See also

This article does not discuss cult in its original meaning. ... Ideal type, also known as pure type, or idealtyp (in the original German), is a typological term invented by sociologist Max Weber (1864-1920). ... List of religious movements labelled or classified as sects in one of the sociological meanings of the term. ... For other senses of this word, see denomination. ... This article may be confusing for some readers, and should be edited to be clearer. ... Sectarianism refers (usually pejoratively) to a rigid adherence to a particular sect or party or religious denomination. ... // The sociology of religion is primarily the study of the practices, social structures, historical backgrounds, development, universal themes, and roles of religion in society. ...

References

  1. ^ Wilson, Bryan Religion in Sociological Perspective 1982, ISBN 0-19-826664-2 Oxford University Press page 89
    "In English, it is a term that designates a religiously separated group, but in its historical usage in Christendom it carried a distinctly pejorative connotation. A sect was a movement committed to heretical beliefs and often to ritual acts and practices that departed from orthodox religious procedures."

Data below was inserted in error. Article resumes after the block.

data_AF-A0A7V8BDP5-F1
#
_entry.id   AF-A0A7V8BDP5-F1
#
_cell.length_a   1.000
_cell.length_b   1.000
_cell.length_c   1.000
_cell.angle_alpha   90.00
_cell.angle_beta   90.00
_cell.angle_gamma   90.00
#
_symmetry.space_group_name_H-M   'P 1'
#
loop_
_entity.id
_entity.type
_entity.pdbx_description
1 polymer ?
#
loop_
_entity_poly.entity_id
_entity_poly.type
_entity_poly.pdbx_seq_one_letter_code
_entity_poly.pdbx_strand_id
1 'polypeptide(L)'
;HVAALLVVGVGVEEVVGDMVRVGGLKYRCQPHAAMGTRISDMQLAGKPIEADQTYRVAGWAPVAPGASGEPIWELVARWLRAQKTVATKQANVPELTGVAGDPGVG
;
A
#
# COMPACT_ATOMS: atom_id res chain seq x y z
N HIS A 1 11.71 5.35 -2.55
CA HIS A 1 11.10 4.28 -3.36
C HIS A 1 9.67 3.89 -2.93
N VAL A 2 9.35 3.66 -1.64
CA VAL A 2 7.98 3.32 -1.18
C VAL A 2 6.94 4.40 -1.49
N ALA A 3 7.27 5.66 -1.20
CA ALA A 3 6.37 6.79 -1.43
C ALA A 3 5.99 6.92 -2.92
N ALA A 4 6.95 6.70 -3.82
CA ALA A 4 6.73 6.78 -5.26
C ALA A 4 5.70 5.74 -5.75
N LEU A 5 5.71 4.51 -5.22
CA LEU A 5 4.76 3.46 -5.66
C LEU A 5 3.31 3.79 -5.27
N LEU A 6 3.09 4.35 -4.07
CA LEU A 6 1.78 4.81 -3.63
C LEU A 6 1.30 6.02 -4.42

2. ^ McCormick Maaga, Mary excerpt from her book Hearing the Voices of Jonestown (Syracuse: Syracuse University Press, 1998) available online
  3. ^ McCormick Maaga, Mary excerpt from her book Hearing the Voices of Jonestown (Syracuse: Syracuse University Press, 1998) . available online
  4. ^ Stark, Rodney, and Williams Sims Bainbridge (1979) Of Churches, Sects, and Cults: Preliminary Concepts for a Theory of Religious Movements Journal for the Scientific Study of Religion 18, no 2: 117-33
  5. ^ Stark, Rodney, and William Sims Bainbridge (1985) The Future of Religion: Secularization, Revival, and Cult formation Berkeley and Los Angeles: University of California Press
  6. ^ McGuire, Meredith B. "Religion: the Social Context" fifth edition (2002) ISBN 0-534-54126-7 page 338
  7. ^ Barker, E. New Religious Movements: A Practical Introduction (1990), Bernan Press, ISBN 0-11-340927-3
  8. ^ Wallis, Roy The Road to Total Freedom A Sociological analysis of Scientology (1976) available online (bad scan)
  9. ^ Wallis, Roy Scientology: Therapeutic Cult to Religious Sect abstract only (1975)
  10. ^ Alex Michaels "Hinduism past and Present" (2004) Princeton University Press, ISBN 0-691-08952-3, translated from German "Der Hinduismus" (1998) page 319
  11. ^ Esquerre Arnaud, « Lutter contre les sectes : l’invention d’un psycho-pouvoir », Le Banquet, n°24, feb. 2007, p. 199-212